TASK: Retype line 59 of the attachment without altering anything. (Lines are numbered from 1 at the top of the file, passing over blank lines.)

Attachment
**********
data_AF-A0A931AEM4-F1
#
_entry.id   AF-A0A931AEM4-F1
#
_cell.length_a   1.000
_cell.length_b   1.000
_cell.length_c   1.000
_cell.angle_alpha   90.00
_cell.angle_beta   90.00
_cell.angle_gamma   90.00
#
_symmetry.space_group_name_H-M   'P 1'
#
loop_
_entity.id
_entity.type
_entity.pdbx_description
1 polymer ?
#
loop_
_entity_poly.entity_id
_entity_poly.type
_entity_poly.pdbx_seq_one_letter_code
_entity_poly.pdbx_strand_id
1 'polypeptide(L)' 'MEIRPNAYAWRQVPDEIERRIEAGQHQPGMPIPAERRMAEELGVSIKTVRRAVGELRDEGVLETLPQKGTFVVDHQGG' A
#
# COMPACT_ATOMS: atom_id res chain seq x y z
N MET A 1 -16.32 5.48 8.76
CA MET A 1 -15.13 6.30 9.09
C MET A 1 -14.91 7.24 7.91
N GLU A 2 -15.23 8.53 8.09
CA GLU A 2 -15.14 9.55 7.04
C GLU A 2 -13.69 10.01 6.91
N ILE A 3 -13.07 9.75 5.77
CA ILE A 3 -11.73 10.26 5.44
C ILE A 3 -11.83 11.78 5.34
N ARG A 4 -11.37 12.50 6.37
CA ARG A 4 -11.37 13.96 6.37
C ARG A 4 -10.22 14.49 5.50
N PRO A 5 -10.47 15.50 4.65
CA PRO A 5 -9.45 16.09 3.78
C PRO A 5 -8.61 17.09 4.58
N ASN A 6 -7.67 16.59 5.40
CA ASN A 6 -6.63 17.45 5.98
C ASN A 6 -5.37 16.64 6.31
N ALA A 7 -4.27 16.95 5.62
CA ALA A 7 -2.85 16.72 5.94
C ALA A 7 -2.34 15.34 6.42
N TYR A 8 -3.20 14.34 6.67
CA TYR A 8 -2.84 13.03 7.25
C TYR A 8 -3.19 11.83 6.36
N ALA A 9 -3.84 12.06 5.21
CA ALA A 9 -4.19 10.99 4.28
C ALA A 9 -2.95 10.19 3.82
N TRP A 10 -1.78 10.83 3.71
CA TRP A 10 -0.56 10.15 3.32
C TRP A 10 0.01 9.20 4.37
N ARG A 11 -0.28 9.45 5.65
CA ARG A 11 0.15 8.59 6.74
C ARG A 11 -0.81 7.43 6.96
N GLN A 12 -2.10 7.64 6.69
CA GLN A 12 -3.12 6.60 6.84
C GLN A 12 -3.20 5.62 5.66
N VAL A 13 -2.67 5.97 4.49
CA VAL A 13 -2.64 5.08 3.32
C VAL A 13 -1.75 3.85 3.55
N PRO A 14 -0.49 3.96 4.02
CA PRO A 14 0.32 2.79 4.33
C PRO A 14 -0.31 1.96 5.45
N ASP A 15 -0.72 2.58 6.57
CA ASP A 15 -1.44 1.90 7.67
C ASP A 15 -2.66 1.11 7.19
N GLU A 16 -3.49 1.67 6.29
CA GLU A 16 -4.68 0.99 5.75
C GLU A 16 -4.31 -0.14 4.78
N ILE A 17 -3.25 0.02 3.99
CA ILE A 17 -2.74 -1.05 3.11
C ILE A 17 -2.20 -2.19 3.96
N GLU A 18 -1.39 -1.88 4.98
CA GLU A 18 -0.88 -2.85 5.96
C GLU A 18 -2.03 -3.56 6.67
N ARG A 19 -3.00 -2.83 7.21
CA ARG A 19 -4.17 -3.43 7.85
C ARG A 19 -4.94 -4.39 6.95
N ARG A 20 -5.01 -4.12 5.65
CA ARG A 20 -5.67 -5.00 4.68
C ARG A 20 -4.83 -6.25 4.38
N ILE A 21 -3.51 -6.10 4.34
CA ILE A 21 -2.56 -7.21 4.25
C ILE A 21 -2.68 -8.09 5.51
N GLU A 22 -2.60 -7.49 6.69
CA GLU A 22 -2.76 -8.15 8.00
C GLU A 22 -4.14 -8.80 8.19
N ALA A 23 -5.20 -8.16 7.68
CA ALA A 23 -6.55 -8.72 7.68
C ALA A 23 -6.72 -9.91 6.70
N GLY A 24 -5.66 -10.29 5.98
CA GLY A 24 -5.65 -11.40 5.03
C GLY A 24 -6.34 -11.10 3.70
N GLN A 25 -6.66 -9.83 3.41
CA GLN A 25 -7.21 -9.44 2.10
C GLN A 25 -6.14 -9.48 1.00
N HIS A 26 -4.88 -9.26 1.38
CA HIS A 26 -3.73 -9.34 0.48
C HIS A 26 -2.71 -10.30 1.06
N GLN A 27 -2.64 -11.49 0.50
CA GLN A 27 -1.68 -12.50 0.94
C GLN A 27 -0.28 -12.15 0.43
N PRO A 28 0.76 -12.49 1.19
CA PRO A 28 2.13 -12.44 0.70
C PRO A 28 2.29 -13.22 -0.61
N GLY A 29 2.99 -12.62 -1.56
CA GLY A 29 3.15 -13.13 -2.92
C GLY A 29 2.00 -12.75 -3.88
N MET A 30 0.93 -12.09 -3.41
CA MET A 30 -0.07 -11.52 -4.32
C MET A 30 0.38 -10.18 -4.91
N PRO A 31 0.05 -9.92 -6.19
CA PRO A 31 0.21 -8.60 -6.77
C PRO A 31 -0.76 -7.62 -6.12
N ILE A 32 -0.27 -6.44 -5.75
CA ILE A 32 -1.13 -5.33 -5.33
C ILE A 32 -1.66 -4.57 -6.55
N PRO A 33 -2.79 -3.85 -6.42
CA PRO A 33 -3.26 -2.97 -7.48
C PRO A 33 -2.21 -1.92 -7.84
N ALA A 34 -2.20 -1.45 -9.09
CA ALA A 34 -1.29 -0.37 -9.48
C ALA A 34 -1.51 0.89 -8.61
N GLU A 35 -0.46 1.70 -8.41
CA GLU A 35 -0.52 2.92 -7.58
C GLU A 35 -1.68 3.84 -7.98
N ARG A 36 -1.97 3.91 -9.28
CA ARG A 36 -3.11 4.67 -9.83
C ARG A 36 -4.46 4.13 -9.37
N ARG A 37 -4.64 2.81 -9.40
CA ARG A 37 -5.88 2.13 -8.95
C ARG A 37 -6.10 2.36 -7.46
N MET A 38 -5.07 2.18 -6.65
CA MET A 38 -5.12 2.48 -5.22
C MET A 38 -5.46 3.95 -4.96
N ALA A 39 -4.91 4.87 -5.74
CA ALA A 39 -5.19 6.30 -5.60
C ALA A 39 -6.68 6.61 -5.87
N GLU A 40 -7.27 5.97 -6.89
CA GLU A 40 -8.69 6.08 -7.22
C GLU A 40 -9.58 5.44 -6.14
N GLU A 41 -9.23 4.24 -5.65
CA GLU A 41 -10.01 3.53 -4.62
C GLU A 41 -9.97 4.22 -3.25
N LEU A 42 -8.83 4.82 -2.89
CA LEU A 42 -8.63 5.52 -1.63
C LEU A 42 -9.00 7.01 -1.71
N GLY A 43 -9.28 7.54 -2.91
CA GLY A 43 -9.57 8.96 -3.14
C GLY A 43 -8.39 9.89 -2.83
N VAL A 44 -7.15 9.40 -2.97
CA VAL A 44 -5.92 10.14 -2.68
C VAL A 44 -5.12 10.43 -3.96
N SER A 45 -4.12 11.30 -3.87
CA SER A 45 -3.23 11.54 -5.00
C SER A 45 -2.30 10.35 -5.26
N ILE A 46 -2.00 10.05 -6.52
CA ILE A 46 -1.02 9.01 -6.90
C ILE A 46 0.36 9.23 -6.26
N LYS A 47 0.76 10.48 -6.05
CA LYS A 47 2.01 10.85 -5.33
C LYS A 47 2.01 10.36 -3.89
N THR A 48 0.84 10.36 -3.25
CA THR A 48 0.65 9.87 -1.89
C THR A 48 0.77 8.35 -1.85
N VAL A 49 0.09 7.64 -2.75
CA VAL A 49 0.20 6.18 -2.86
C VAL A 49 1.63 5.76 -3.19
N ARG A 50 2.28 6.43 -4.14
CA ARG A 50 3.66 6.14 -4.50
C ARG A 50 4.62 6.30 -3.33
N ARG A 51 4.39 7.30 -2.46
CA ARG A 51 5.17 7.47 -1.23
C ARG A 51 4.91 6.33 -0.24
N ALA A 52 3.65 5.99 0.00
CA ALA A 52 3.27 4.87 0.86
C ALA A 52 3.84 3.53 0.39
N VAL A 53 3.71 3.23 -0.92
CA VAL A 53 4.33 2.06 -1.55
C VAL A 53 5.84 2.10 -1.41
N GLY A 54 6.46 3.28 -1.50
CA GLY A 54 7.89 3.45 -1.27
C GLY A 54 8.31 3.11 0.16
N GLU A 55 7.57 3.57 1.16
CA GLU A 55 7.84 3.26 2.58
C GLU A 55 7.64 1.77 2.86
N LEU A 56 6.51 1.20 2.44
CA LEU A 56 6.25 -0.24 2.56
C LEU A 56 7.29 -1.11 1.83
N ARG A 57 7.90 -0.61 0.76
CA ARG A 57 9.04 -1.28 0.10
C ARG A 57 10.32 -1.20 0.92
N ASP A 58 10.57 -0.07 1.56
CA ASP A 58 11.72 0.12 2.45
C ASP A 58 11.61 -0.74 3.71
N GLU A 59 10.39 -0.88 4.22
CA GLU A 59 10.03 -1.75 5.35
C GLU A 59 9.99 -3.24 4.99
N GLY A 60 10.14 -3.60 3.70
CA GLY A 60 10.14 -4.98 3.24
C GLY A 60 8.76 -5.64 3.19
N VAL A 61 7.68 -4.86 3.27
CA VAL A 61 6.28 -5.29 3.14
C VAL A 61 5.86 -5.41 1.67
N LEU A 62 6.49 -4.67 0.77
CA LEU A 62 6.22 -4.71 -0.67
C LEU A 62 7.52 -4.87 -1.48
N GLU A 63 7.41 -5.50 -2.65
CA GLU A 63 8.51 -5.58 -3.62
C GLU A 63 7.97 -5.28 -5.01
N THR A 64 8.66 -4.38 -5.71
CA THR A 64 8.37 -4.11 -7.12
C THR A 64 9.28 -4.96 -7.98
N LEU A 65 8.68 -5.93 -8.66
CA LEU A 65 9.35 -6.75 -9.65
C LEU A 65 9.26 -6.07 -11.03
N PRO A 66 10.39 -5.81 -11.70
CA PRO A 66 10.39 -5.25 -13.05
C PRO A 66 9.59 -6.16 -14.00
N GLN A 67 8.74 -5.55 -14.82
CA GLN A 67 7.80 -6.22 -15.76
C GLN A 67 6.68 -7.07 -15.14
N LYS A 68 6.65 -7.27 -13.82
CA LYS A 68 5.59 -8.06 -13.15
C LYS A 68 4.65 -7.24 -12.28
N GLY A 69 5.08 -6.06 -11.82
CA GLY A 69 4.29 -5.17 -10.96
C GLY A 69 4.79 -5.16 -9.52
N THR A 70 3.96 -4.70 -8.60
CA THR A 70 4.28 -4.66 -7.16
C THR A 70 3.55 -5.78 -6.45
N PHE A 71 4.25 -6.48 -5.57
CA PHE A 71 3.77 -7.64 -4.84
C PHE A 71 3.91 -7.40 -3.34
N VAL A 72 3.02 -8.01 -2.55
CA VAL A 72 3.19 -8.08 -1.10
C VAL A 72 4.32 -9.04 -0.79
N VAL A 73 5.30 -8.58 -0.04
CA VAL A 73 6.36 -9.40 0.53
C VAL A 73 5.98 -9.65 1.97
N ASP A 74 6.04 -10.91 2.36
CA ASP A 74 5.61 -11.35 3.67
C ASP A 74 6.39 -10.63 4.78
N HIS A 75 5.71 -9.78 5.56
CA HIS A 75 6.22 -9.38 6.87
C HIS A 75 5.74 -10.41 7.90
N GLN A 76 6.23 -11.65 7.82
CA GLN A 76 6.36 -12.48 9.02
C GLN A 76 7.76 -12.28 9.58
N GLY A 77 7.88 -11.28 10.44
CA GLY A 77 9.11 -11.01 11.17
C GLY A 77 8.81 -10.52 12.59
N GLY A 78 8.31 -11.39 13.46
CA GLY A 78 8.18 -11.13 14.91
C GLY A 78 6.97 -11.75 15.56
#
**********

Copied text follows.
CA ARG A 11 0.15 8.59 6.74